Saturday, 29 April 2017
The Guardians of the Galaxy are arguably far from Marvel's most well known superheroes - but that didn't stop their 2014 live action debut from launching into incredible fame, setting numerous box office records of it's own and widely being considered one of the best entries to the titanic money making machine that is the Marvel Cinematic Universe. Sequels were lined up before the original even arrived - and the first of an undoubtedly long chain has now arrived in the form of the snazzily titled Vol.2.
Continuing on from the original, Vol. 2 sees the eponymous heroes caught up in a mission to save the universe once again, linked to a sudden reunion Peter Quill (Chris Pratt) has with his long lost father Ego (Kurt Russell). Such chaos coincides with a number of sub plots also building upon the original's own, including the established sister rivalry (to put it lightly) between one Gamora (Zoe Saldana) and Nebula (Karen Gillan), as well as the usual controversial antics of the foul mouthed Rocket Racoon (Bradley Cooper) and loveable Baby Groot (Vin Diesel).
There's a lot going in this much anticipated sequel for sure, and said story is told with just enough humour to avoid it becoming a little too serious yet also not too stupid. The setting, the concept, just as was the case with the original, is perfect to adopt this light hearted, zany tone; the only issue is, outside of said gags, there isn't much else for the film to really brag about. The plot is there in some ways, but it's largely presented with a poor pace and uneven structure, causing characters to be shoved to one side at sporadic moments for fairly long periods of time, thus making the overall narrative feel drastically unfocused. Even at it's core, the story in general seems fairly underwritten - a real shame considering some of the interesting ideas within it.
One would of course expect heaps of action from a high budget superhero flick such as this - and those wishing to see it will be far from disappointed. Guardians Vol. 2 has set pieces galore, all providing exhilarating thrills and showcasing some stunning special effects. But gripping as they are, another awkward truth is that said action scenes can often feel a little bloated, primarily the film's painfully overlong final battle. If you're checking out Guardians in the forever gorgeous IMAX format, you may need to prepare for some serious ear rape during the clIMAX (sorry), and a huge feeling of relief when the volume finally drops at it's eventual conclusion.
This sequel still has plenty to enjoy - the effects are as astounding as one would expect, the performances are generally top notch, and the script is buzzing with some of the best humour I've seen in a modern blockbuster. It has to be said that I can't remember the last time a film made me laugh this hard; even the original Guardians, which mastered such comedy just as beautifully. Truly, one of the most compelling things about the film is it's superb level of wit, rendering it a fun experience that embraces it's cheesy premise. Sadly, the story around all this doesn't reach such impressive heights. Such downsides most likely won't stop most MCU fans getting a kick out of it, however - if only for the superb sense of humour and fun the film exudes from beginning to end.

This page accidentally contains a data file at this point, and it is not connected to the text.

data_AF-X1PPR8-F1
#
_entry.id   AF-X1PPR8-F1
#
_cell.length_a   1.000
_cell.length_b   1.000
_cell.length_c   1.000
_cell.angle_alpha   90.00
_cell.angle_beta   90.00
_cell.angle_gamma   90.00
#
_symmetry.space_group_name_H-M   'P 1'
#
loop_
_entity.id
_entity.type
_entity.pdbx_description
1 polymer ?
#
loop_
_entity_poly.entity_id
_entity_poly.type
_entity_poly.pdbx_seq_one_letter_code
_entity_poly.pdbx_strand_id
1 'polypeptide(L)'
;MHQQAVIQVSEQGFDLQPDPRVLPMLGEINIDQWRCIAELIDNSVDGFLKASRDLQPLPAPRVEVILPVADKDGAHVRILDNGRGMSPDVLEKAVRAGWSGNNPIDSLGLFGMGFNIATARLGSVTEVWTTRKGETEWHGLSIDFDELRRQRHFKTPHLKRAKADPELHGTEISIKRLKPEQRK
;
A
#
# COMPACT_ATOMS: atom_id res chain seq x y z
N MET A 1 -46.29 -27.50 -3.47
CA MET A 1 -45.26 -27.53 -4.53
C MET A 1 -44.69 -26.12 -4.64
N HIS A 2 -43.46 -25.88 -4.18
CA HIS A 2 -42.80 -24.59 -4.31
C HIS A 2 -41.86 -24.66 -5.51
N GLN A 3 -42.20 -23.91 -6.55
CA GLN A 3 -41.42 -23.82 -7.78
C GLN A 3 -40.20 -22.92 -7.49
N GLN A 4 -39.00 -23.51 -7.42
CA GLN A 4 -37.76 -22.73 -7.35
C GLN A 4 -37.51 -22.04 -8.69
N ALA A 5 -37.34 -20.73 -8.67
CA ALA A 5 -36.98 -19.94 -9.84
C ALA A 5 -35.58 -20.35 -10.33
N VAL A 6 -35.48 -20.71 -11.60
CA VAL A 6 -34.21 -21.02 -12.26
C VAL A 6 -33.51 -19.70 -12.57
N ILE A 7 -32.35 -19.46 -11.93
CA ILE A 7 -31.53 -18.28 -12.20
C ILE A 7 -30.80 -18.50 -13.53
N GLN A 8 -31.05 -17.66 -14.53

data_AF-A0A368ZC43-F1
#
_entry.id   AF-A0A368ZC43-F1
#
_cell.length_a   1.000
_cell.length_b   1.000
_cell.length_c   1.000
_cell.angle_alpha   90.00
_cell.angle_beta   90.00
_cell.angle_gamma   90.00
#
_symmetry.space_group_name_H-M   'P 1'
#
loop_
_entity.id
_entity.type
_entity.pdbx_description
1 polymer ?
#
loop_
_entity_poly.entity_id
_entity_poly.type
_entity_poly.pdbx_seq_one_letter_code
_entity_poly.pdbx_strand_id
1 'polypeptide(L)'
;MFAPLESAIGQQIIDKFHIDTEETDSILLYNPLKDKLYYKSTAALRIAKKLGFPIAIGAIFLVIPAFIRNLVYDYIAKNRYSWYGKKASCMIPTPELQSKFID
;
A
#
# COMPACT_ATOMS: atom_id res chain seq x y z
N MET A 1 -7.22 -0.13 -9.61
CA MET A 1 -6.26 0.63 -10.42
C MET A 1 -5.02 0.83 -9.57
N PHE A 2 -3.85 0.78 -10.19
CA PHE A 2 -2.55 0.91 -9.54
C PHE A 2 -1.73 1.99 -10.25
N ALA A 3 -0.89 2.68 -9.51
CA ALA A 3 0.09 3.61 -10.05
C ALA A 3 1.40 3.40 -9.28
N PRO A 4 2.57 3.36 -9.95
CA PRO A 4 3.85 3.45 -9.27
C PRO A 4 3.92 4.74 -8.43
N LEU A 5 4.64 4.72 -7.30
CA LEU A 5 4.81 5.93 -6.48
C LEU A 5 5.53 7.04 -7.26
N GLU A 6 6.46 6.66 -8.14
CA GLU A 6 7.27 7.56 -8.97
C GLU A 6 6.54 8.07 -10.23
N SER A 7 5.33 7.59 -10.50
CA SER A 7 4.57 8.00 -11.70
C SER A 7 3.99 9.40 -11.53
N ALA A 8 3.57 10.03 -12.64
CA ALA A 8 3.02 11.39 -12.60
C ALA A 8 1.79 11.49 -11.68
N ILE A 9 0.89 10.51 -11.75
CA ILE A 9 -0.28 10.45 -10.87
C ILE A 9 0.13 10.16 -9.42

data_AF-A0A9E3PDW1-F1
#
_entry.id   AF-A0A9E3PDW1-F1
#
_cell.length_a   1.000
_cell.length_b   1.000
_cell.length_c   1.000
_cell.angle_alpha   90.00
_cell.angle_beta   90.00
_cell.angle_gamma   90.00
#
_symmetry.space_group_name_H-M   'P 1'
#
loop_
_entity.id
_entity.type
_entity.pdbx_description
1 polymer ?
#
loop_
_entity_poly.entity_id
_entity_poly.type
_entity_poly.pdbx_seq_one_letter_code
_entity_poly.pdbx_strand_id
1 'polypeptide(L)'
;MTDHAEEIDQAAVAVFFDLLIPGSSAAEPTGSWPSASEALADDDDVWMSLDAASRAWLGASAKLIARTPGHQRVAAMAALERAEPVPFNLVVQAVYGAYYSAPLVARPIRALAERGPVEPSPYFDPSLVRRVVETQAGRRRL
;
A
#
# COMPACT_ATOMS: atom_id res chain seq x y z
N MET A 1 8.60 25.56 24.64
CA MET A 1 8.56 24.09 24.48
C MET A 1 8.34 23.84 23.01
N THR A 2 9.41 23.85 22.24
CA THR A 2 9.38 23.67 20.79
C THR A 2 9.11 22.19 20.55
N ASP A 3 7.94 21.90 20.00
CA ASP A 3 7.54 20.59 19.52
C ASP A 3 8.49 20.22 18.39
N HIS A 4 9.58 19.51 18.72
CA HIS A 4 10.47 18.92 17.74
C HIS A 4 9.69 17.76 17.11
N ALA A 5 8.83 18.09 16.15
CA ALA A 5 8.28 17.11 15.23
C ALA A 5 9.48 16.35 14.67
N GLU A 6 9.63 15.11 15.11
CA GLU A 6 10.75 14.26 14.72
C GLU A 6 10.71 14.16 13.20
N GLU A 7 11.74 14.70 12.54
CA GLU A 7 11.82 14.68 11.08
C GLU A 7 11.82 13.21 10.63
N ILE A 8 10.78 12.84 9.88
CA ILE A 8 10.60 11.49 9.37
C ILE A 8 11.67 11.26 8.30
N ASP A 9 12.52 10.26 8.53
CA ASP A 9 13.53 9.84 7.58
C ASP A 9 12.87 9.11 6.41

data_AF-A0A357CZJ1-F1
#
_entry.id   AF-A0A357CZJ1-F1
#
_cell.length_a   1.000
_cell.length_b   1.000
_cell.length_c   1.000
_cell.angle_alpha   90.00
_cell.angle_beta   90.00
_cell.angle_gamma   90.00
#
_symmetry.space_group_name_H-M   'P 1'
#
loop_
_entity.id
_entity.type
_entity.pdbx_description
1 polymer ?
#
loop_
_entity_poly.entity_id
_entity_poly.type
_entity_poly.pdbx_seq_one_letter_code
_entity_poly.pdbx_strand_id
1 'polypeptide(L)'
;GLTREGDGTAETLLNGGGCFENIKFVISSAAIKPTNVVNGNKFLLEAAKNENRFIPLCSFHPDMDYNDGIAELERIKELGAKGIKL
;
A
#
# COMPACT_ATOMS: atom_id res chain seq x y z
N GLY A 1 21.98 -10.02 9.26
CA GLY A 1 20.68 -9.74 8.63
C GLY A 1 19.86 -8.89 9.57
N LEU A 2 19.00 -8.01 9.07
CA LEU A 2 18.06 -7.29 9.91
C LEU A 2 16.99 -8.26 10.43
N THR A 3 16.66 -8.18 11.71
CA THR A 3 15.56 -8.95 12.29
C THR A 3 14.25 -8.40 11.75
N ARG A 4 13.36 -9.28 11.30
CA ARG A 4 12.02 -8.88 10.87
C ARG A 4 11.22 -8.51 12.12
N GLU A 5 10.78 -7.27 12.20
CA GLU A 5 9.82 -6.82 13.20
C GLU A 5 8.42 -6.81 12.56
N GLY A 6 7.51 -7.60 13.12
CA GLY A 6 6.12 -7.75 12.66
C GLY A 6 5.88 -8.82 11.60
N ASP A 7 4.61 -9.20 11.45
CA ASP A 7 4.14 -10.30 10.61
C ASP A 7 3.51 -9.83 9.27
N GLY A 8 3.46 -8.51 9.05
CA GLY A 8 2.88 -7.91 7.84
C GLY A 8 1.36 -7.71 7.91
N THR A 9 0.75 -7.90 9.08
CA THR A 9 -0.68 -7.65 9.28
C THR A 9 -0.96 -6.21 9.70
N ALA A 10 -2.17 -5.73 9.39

Sunday, 16 April 2017
Sonic the Hedgehog may be the star of a number of great and dreadful games these days, making his modern reputation much less compelling than it was when he debuted to show Sega and their 16 bit Genesis console a force to be reckoned with.
Arguably his most memorable efforts lie within the original trilogy launched for the Gensis between 1991 and 1995 - and so, without waffling on, let's rank each one from the least ambitious to the most memorable in what may be quite an obvious list for many, but one I've still been keen to go ahead with.
Advertised as the sequel fans have been waiting 16 years for, Sonic 4 was released in two parts across multiple systems - Episode I in 2010 and Episode II in 2012. Episode I's launch was backed by a fair bit of hype considering the game's promises to recapture the tone of it's Genesis predecessors - and while it's critical reputation is far from negative, many fans don't quite see it as the successor the originals deserved when looking back years on. Sonic 4 is a worthy effort to emulate the classics without mindlessly cashing in on their fame, but it doesn't quite capture their magic, mainly due to some incredibly frustrating level design.
Now, such flaws that are present in both episodes are also flaws the orignals themselves carried at times - it seems these are glossed over simply because of their classic status. When all is said and done, both episodes of Sonic 4 are enjoyable and fast paced platformers, just forgettable for the most part and content to recycle ideas from the originals with new perks rather than designing new concepts from scratch. The visuals may seem cheap to some, but I liked it's simplistic nature, though would've much preferred the useage of Sonic's traditional design. Either way, both episodes are decent platformers, though Sonic Mania looks much more like the true sequel we've been waiting over two decades for.